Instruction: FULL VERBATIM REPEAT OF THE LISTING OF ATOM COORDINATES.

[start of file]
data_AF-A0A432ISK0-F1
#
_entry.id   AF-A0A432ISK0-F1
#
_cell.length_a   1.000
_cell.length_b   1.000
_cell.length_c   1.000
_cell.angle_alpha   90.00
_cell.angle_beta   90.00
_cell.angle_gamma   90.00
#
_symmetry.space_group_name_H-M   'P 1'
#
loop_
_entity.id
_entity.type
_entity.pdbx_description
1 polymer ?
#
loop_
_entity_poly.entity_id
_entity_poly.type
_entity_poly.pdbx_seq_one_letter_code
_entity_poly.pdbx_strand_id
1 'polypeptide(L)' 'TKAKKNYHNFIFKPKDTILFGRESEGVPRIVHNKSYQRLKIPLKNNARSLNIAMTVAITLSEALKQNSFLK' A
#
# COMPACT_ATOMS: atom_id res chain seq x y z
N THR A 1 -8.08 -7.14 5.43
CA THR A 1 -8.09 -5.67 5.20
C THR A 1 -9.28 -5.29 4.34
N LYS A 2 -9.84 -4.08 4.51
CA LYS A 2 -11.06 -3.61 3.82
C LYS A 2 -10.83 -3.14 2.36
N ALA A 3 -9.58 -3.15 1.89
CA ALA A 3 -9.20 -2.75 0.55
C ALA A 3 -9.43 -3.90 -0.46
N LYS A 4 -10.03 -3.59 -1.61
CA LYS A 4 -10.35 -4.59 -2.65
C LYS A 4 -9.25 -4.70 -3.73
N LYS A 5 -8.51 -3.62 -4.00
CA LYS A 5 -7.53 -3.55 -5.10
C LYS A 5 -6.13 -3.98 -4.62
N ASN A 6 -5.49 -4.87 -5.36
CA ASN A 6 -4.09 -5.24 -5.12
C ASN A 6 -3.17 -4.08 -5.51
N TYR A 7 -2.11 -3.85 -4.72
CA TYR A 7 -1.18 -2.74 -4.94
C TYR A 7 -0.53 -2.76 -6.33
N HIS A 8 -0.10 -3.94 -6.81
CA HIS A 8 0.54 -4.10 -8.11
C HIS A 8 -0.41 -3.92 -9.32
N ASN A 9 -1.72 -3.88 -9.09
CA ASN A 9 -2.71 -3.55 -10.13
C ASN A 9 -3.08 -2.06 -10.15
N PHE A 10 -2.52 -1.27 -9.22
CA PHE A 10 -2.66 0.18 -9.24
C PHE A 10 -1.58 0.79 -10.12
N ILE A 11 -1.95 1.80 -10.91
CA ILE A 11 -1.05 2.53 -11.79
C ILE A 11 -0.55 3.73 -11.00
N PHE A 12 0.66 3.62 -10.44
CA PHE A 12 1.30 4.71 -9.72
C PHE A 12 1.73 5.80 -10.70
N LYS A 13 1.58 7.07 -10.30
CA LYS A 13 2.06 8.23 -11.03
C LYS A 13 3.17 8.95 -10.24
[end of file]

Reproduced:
data_AF-A0A432ISK0-F1
#
_entry.id   AF-A0A432ISK0-F1
#
_cell.length_a   1.000
_cell.length_b   1.000
_cell.length_c   1.000
_cell.angle_alpha   90.00
_cell.angle_beta   90.00
_cell.angle_gamma   90.00
#
_symmetry.space_group_name_H-M   'P 1'
#
loop_
_entity.id
_entity.type
_entity.pdbx_description
1 polymer ?
#
loop_
_entity_poly.entity_id
_entity_poly.type
_entity_poly.pdbx_seq_one_letter_code
_entity_poly.pdbx_strand_id
1 'polypeptide(L)' 'TKAKKNYHNFIFKPKDTILFGRESEGVPRIVHNKSYQRLKIPLKNNARSLNIAMTVAITLSEALKQNSFLK' A
#
# COMPACT_ATOMS: atom_id res chain seq x y z
N THR A 1 -8.08 -7.14 5.43
CA THR A 1 -8.09 -5.67 5.20
C THR A 1 -9.28 -5.29 4.34
N LYS A 2 -9.84 -4.08 4.51
CA LYS A 2 -11.06 -3.61 3.82
C LYS A 2 -10.83 -3.14 2.36
N ALA A 3 -9.58 -3.15 1.89
CA ALA A 3 -9.20 -2.75 0.55
C ALA A 3 -9.43 -3.90 -0.46
N LYS A 4 -10.03 -3.59 -1.61
CA LYS A 4 -10.35 -4.59 -2.65
C LYS A 4 -9.25 -4.70 -3.73
N LYS A 5 -8.51 -3.62 -4.00
CA LYS A 5 -7.53 -3.55 -5.10
C LYS A 5 -6.13 -3.98 -4.62
N ASN A 6 -5.49 -4.87 -5.36
CA ASN A 6 -4.09 -5.24 -5.12
C ASN A 6 -3.17 -4.08 -5.51
N TYR A 7 -2.11 -3.85 -4.72
CA TYR A 7 -1.18 -2.74 -4.94
C TYR A 7 -0.53 -2.76 -6.33
N HIS A 8 -0.10 -3.94 -6.81
CA HIS A 8 0.54 -4.10 -8.11
C HIS A 8 -0.41 -3.92 -9.32
N ASN A 9 -1.72 -3.88 -9.09
CA ASN A 9 -2.71 -3.55 -10.13
C ASN A 9 -3.08 -2.06 -10.15
N PHE A 10 -2.52 -1.27 -9.22
CA PHE A 10 -2.66 0.18 -9.24
C PHE A 10 -1.58 0.79 -10.12
N ILE A 11 -1.95 1.80 -10.91
CA ILE A 11 -1.05 2.53 -11.79
C ILE A 11 -0.55 3.73 -11.00
N PHE A 12 0.66 3.62 -10.44
CA PHE A 12 1.30 4.71 -9.72
C PHE A 12 1.73 5.80 -10.70
N LYS A 13 1.58 7.07 -10.30
CA LYS A 13 2.06 8.23 -11.03
C LYS A 13 3.17 8.95 -10.24